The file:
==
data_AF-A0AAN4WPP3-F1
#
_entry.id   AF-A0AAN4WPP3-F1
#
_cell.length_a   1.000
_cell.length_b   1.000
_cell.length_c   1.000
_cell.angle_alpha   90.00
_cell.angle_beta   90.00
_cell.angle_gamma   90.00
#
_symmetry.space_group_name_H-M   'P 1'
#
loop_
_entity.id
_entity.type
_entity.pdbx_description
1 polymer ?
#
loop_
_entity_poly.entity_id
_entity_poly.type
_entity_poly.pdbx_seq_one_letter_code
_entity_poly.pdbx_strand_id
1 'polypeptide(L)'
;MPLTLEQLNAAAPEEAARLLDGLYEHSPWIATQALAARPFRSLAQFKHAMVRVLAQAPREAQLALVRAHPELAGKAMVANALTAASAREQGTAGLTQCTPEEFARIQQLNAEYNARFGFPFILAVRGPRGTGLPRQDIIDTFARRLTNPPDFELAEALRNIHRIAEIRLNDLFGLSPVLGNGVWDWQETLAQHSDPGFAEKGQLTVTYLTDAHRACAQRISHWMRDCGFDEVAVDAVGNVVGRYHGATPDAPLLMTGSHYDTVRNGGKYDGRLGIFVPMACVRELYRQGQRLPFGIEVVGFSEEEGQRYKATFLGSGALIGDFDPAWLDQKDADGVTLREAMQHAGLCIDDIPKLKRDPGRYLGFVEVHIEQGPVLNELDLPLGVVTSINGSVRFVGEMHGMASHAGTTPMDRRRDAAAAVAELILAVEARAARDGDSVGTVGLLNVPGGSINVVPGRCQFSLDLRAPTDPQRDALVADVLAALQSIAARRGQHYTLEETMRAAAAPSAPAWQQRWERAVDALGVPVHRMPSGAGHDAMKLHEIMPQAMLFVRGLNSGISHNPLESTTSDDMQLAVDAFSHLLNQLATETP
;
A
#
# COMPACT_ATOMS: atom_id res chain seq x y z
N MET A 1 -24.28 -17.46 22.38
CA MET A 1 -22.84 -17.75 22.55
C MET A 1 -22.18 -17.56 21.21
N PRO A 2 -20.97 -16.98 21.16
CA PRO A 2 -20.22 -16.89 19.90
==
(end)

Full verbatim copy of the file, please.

data_AF-A0AAN4WPP3-F1
#
_entry.id   AF-A0AAN4WPP3-F1
#
_cell.length_a   1.000
_cell.length_b   1.000
_cell.length_c   1.000
_cell.angle_alpha   90.00
_cell.angle_beta   90.00
_cell.angle_gamma   90.00
#
_symmetry.space_group_name_H-M   'P 1'
#
loop_
_entity.id
_entity.type
_entity.pdbx_description
1 polymer ?
#
loop_
_entity_poly.entity_id
_entity_poly.type
_entity_poly.pdbx_seq_one_letter_code
_entity_poly.pdbx_strand_id
1 'polypeptide(L)'
;MPLTLEQLNAAAPEEAARLLDGLYEHSPWIATQALAARPFRSLAQFKHAMVRVLAQAPREAQLALVRAHPELAGKAMVANALTAASAREQGTAGLTQCTPEEFARIQQLNAEYNARFGFPFILAVRGPRGTGLPRQDIIDTFARRLTNPPDFELAEALRNIHRIAEIRLNDLFGLSPVLGNGVWDWQETLAQHSDPGFAEKGQLTVTYLTDAHRACAQRISHWMRDCGFDEVAVDAVGNVVGRYHGATPDAPLLMTGSHYDTVRNGGKYDGRLGIFVPMACVRELYRQGQRLPFGIEVVGFSEEEGQRYKATFLGSGALIGDFDPAWLDQKDADGVTLREAMQHAGLCIDDIPKLKRDPGRYLGFVEVHIEQGPVLNELDLPLGVVTSINGSVRFVGEMHGMASHAGTTPMDRRRDAAAAVAELILAVEARAARDGDSVGTVGLLNVPGGSINVVPGRCQFSLDLRAPTDPQRDALVADVLAALQSIAARRGQHYTLEETMRAAAAPSAPAWQQRWERAVDALGVPVHRMPSGAGHDAMKLHEIMPQAMLFVRGLNSGISHNPLESTTSDDMQLAVDAFSHLLNQLATETP
;
A
#
# COMPACT_ATOMS: atom_id res chain seq x y z
N MET A 1 -24.28 -17.46 22.38
CA MET A 1 -22.84 -17.75 22.55
C MET A 1 -22.18 -17.56 21.21
N PRO A 2 -20.97 -16.98 21.16
CA PRO A 2 -20.22 -16.89 19.90